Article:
The Child's and the Savage's Evolving Concept of Causality
SUMMARY: In this first chapter we begin our study of determinism by examining some of the aspects of causality as the term is used in our ordinary everyday language. Our approach will be to see how the child, maturing in our civilization, evolves through a spectrum of causal usage which reproduces to some extent the way in which our modern commonsense causality has developed from the causality of more primitive peoples. We will make a classification of cause into four types: 'partial cause', 'total cause' (including preponderating cause), 'original cause', and 'final cause'. Recognizing the practical impossibility of ever completely specifying the total cause of an event, 'total cause' will be replaced by the equivalent concept of 'determinism', in which attention is shifted from the causes of an event to the event itself.
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'Why' and 'because' are two of the commonest words in the vocabulary of the child and his parents as they try to satisfy his constantly expanding curiosity and to discipline his behaviour. As the child matures, these words are used less and less, but the need 'to know the reason why' vanishes only with death. In time, the average person has been satisfied with more or less pat explanations for everyday events, but the extraordinary always excites his interest to a degree out of proportion to its purely logical importance in his life. Reasons must be found for everything. They may be good or bad, but we must find them before we can be happy to return to our ordinary humdrum (humdrum, when the reasons have all been found) existence. The answers to questions can take on a remarkable variety of forms:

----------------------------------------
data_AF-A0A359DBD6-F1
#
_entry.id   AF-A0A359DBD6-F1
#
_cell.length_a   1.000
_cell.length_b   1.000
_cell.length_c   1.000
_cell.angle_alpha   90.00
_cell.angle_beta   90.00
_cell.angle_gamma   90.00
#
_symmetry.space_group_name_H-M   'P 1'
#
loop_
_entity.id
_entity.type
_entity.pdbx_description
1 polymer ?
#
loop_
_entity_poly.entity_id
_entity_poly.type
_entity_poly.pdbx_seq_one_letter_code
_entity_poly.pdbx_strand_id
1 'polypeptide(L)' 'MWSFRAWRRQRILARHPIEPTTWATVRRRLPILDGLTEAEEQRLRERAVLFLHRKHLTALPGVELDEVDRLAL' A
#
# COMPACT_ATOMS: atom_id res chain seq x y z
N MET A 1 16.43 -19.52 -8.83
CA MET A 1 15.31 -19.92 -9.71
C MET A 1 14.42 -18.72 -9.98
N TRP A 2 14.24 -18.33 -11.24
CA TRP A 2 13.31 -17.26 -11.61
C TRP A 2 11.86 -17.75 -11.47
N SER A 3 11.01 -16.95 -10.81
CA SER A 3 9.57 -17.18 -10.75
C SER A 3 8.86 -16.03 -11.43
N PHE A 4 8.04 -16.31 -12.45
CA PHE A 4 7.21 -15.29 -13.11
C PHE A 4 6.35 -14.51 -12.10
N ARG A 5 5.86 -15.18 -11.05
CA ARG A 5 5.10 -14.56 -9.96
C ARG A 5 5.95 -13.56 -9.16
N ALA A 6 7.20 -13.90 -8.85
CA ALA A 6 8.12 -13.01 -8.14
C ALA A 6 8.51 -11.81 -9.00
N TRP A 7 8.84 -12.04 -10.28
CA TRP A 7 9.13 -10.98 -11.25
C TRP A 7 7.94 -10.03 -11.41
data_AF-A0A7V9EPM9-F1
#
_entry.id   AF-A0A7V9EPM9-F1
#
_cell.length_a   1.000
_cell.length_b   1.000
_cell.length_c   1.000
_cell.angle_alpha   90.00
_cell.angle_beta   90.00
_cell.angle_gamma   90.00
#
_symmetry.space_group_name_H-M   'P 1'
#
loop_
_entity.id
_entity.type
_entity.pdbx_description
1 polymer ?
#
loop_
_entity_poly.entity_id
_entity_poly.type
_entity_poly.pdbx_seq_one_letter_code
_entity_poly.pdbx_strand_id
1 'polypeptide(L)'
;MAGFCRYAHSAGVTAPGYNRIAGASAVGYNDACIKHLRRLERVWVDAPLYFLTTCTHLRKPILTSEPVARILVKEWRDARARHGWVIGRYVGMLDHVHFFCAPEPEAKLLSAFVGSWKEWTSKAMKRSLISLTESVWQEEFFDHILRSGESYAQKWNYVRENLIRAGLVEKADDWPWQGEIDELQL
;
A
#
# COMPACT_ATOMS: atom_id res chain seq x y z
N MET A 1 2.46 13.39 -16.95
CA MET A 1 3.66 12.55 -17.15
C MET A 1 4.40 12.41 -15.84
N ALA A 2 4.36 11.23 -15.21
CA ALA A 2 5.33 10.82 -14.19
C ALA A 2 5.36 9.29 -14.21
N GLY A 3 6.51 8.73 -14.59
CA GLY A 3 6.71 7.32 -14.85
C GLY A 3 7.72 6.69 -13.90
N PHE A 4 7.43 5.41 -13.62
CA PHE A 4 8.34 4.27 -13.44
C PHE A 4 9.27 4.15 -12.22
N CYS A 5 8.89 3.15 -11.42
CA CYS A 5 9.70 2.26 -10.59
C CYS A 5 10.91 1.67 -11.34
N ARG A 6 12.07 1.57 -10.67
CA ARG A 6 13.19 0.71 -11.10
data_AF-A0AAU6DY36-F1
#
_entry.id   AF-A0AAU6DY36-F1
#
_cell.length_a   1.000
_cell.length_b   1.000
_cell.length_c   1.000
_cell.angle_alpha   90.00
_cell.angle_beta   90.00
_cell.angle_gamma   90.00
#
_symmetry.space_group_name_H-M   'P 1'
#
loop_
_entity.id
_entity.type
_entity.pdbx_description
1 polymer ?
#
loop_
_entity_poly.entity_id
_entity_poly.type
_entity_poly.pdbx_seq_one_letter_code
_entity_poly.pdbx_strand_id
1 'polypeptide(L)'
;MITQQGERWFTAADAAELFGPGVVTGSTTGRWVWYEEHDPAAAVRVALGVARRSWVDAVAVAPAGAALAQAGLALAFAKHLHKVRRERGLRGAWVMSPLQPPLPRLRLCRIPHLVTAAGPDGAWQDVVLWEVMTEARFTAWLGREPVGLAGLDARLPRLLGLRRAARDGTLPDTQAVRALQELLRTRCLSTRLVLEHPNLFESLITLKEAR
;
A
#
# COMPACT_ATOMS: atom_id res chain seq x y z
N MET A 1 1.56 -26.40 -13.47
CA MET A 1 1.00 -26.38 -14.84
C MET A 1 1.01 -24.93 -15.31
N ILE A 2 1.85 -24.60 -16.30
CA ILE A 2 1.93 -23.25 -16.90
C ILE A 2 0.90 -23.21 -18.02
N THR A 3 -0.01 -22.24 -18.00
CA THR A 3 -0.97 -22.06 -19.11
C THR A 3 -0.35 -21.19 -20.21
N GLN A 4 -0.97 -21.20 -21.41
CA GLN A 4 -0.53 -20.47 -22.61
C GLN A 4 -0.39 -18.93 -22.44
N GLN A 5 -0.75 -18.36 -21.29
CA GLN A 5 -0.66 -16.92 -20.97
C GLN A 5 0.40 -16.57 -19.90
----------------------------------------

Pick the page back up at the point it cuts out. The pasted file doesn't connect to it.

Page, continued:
|Why did you hit him?||-- Because he hit me first.|
|-- Because he was going to hit me.|
|-- Because I can't control myself.|
|-- Because he wasn't careful and he|
got in the way.